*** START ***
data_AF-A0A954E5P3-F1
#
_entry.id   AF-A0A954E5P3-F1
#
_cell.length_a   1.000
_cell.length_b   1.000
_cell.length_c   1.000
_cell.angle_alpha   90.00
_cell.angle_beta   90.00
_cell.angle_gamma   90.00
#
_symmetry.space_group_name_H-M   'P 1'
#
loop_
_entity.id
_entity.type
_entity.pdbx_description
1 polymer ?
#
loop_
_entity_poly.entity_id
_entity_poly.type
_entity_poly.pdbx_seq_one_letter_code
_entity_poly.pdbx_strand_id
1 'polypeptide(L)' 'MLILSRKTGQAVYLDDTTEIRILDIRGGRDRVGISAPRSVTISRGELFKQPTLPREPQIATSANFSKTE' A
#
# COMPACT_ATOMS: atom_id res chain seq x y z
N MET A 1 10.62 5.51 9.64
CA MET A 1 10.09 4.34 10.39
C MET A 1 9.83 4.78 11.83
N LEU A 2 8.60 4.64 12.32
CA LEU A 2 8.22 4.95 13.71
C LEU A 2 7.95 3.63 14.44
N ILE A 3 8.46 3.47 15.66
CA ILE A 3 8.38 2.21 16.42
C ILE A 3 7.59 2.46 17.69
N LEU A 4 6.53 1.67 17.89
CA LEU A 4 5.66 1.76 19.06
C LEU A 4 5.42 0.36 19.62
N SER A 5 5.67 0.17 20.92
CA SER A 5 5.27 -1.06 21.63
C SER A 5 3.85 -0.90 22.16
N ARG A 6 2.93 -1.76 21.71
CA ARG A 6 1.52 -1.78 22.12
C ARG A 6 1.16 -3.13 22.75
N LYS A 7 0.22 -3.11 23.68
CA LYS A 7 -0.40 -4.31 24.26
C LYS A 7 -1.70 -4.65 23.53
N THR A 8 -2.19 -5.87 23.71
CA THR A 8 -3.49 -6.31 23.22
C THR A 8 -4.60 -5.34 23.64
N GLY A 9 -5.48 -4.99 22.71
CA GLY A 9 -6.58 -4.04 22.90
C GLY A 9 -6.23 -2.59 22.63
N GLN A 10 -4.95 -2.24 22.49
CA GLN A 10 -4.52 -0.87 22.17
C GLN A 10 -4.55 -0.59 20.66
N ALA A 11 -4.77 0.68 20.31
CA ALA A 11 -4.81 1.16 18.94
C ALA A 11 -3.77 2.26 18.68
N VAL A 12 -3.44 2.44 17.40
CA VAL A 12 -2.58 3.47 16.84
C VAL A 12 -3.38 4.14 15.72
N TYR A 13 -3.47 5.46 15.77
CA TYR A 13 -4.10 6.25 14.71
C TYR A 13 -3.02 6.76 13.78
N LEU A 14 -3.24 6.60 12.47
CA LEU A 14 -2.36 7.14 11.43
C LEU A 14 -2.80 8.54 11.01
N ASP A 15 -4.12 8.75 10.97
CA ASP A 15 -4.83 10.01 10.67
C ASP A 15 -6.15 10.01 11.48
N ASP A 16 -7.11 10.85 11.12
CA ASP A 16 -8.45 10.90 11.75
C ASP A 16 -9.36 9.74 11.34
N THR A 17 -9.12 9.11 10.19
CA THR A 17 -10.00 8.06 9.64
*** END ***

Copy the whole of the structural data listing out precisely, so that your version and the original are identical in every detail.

data_AF-A0A954E5P3-F1
#
_entry.id   AF-A0A954E5P3-F1
#
_cell.length_a   1.000
_cell.length_b   1.000
_cell.length_c   1.000
_cell.angle_alpha   90.00
_cell.angle_beta   90.00
_cell.angle_gamma   90.00
#
_symmetry.space_group_name_H-M   'P 1'
#
loop_
_entity.id
_entity.type
_entity.pdbx_description
1 polymer ?
#
loop_
_entity_poly.entity_id
_entity_poly.type
_entity_poly.pdbx_seq_one_letter_code
_entity_poly.pdbx_strand_id
1 'polypeptide(L)' 'MLILSRKTGQAVYLDDTTEIRILDIRGGRDRVGISAPRSVTISRGELFKQPTLPREPQIATSANFSKTE' A
#
# COMPACT_ATOMS: atom_id res chain seq x y z
N MET A 1 10.62 5.51 9.64
CA MET A 1 10.09 4.34 10.39
C MET A 1 9.83 4.78 11.83
N LEU A 2 8.60 4.64 12.32
CA LEU A 2 8.22 4.95 13.71
C LEU A 2 7.95 3.63 14.44
N ILE A 3 8.46 3.47 15.66
CA ILE A 3 8.38 2.21 16.42
C ILE A 3 7.59 2.46 17.69
N LEU A 4 6.53 1.67 17.89
CA LEU A 4 5.66 1.76 19.06
C LEU A 4 5.42 0.36 19.62
N SER A 5 5.67 0.17 20.92
CA SER A 5 5.27 -1.06 21.63
C SER A 5 3.85 -0.90 22.16
N ARG A 6 2.93 -1.76 21.71
CA ARG A 6 1.52 -1.78 22.12
C ARG A 6 1.16 -3.13 22.75
N LYS A 7 0.22 -3.11 23.68
CA LYS A 7 -0.40 -4.31 24.26
C LYS A 7 -1.70 -4.65 23.53
N THR A 8 -2.19 -5.87 23.71
CA THR A 8 -3.49 -6.31 23.22
C THR A 8 -4.60 -5.34 23.64
N GLY A 9 -5.48 -4.99 22.71
CA GLY A 9 -6.58 -4.04 22.90
C GLY A 9 -6.23 -2.59 22.63
N GLN A 10 -4.95 -2.24 22.49
CA GLN A 10 -4.52 -0.87 22.17
C GLN A 10 -4.55 -0.59 20.66
N ALA A 11 -4.77 0.68 20.31
CA ALA A 11 -4.81 1.16 18.94
C ALA A 11 -3.77 2.26 18.68
N VAL A 12 -3.44 2.44 17.40
CA VAL A 12 -2.58 3.47 16.84
C VAL A 12 -3.38 4.14 15.72
N TYR A 13 -3.47 5.46 15.77
CA TYR A 13 -4.10 6.25 14.71
C TYR A 13 -3.02 6.76 13.78
N LEU A 14 -3.24 6.60 12.47
CA LEU A 14 -2.36 7.14 11.43
C LEU A 14 -2.80 8.54 11.01
N ASP A 15 -4.12 8.75 10.97
CA ASP A 15 -4.83 10.01 10.67
C ASP A 15 -6.15 10.01 11.48
N ASP A 16 -7.11 10.85 11.12
CA ASP A 16 -8.45 10.90 11.75
C ASP A 16 -9.36 9.74 11.34
N THR A 17 -9.12 9.11 10.19
CA THR A 17 -10.00 8.06 9.64